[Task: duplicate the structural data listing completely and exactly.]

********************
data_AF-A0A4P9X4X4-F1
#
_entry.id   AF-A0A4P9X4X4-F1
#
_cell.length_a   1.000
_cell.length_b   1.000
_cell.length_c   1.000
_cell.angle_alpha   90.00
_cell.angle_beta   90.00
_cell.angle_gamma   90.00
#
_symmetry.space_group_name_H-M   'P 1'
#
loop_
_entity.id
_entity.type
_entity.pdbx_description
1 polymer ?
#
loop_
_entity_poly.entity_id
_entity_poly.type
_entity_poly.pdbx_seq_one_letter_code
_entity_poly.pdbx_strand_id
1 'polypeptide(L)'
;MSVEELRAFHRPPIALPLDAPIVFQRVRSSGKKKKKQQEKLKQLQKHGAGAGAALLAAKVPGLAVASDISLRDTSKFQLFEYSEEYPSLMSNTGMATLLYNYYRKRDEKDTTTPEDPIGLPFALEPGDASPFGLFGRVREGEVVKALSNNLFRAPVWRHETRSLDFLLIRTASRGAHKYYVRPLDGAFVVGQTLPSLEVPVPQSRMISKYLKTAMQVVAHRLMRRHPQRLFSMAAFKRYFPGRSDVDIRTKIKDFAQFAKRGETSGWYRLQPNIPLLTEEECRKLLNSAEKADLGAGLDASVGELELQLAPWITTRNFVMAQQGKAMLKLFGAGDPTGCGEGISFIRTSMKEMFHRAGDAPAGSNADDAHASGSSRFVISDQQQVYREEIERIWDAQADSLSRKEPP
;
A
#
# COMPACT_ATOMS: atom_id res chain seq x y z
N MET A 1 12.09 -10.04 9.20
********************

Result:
data_AF-A0A4P9X4X4-F1
#
_entry.id   AF-A0A4P9X4X4-F1
#
_cell.length_a   1.000
_cell.length_b   1.000
_cell.length_c   1.000
_cell.angle_alpha   90.00
_cell.angle_beta   90.00
_cell.angle_gamma   90.00
#
_symmetry.space_group_name_H-M   'P 1'
#
loop_
_entity.id
_entity.type
_entity.pdbx_description
1 polymer ?
#
loop_
_entity_poly.entity_id
_entity_poly.type
_entity_poly.pdbx_seq_one_letter_code
_entity_poly.pdbx_strand_id
1 'polypeptide(L)'
;MSVEELRAFHRPPIALPLDAPIVFQRVRSSGKKKKKQQEKLKQLQKHGAGAGAALLAAKVPGLAVASDISLRDTSKFQLFEYSEEYPSLMSNTGMATLLYNYYRKRDEKDTTTPEDPIGLPFALEPGDASPFGLFGRVREGEVVKALSNNLFRAPVWRHETRSLDFLLIRTASRGAHKYYVRPLDGAFVVGQTLPSLEVPVPQSRMISKYLKTAMQVVAHRLMRRHPQRLFSMAAFKRYFPGRSDVDIRTKIKDFAQFAKRGETSGWYRLQPNIPLLTEEECRKLLNSAEKADLGAGLDASVGELELQLAPWITTRNFVMAQQGKAMLKLFGAGDPTGCGEGISFIRTSMKEMFHRAGDAPAGSNADDAHASGSSRFVISDQQQVYREEIERIWDAQADSLSRKEPP
;
A
#
# COMPACT_ATOMS: atom_id res chain seq x y z
N MET A 1 12.09 -10.04 9.20